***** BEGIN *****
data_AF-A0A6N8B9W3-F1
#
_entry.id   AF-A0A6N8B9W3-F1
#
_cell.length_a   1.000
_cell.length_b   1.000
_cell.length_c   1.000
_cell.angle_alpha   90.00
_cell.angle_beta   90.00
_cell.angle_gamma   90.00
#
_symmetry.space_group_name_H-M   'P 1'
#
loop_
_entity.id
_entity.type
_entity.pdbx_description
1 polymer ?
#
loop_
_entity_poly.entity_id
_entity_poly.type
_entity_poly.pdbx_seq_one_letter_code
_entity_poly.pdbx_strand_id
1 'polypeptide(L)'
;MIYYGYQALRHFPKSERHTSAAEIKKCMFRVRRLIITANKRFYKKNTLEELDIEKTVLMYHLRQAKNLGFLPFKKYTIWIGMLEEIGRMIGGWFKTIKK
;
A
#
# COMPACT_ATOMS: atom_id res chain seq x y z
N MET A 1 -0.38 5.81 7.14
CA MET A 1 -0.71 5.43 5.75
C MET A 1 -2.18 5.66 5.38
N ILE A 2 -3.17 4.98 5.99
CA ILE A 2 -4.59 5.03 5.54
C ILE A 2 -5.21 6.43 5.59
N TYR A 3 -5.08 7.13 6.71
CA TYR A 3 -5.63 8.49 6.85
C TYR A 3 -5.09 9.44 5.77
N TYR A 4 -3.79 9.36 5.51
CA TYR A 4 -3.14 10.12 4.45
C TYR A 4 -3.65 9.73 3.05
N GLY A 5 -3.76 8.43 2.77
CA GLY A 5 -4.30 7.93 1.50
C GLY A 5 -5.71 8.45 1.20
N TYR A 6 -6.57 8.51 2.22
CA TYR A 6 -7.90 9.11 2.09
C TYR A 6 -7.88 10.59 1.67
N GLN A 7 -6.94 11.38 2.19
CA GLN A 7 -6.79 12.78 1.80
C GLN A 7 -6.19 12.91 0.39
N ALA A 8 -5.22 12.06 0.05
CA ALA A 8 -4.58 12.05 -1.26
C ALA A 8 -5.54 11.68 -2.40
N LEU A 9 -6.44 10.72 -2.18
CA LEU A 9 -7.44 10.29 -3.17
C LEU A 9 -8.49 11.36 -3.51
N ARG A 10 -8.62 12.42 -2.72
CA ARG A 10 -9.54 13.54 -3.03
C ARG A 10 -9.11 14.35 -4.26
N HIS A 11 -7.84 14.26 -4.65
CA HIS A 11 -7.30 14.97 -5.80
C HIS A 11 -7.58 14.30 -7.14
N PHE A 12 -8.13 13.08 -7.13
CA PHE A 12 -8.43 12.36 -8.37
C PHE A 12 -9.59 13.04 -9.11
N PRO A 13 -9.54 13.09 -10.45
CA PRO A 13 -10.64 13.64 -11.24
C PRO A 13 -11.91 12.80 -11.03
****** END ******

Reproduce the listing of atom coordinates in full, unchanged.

data_AF-A0A6N8B9W3-F1
#
_entry.id   AF-A0A6N8B9W3-F1
#
_cell.length_a   1.000
_cell.length_b   1.000
_cell.length_c   1.000
_cell.angle_alpha   90.00
_cell.angle_beta   90.00
_cell.angle_gamma   90.00
#
_symmetry.space_group_name_H-M   'P 1'
#
loop_
_entity.id
_entity.type
_entity.pdbx_description
1 polymer ?
#
loop_
_entity_poly.entity_id
_entity_poly.type
_entity_poly.pdbx_seq_one_letter_code
_entity_poly.pdbx_strand_id
1 'polypeptide(L)'
;MIYYGYQALRHFPKSERHTSAAEIKKCMFRVRRLIITANKRFYKKNTLEELDIEKTVLMYHLRQAKNLGFLPFKKYTIWIGMLEEIGRMIGGWFKTIKK
;
A
#
# COMPACT_ATOMS: atom_id res chain seq x y z
N MET A 1 -0.38 5.81 7.14
CA MET A 1 -0.71 5.43 5.75
C MET A 1 -2.18 5.66 5.38
N ILE A 2 -3.17 4.98 5.99
CA ILE A 2 -4.59 5.03 5.54
C ILE A 2 -5.21 6.43 5.59
N TYR A 3 -5.08 7.13 6.71
CA TYR A 3 -5.63 8.49 6.85
C TYR A 3 -5.09 9.44 5.77
N TYR A 4 -3.79 9.36 5.51
CA TYR A 4 -3.14 10.12 4.45
C TYR A 4 -3.65 9.73 3.05
N GLY A 5 -3.76 8.43 2.77
CA GLY A 5 -4.30 7.93 1.50
C GLY A 5 -5.71 8.45 1.20
N TYR A 6 -6.57 8.51 2.22
CA TYR A 6 -7.90 9.11 2.09
C TYR A 6 -7.88 10.59 1.67
N GLN A 7 -6.94 11.38 2.19
CA GLN A 7 -6.79 12.78 1.80
C GLN A 7 -6.19 12.91 0.39
N ALA A 8 -5.22 12.06 0.05
CA ALA A 8 -4.58 12.05 -1.26
C ALA A 8 -5.54 11.68 -2.40
N LEU A 9 -6.44 10.72 -2.18
CA LEU A 9 -7.44 10.29 -3.17
C LEU A 9 -8.49 11.36 -3.51
N ARG A 10 -8.62 12.42 -2.72
CA ARG A 10 -9.54 13.54 -3.03
C ARG A 10 -9.11 14.35 -4.26
N HIS A 11 -7.84 14.26 -4.65
CA HIS A 11 -7.30 14.97 -5.80
C HIS A 11 -7.58 14.30 -7.14
N PHE A 12 -8.13 13.08 -7.13
CA PHE A 12 -8.43 12.36 -8.37
C PHE A 12 -9.59 13.04 -9.11
N PRO A 13 -9.54 13.09 -10.45
CA PRO A 13 -10.64 13.64 -11.24
C PRO A 13 -11.91 12.80 -11.03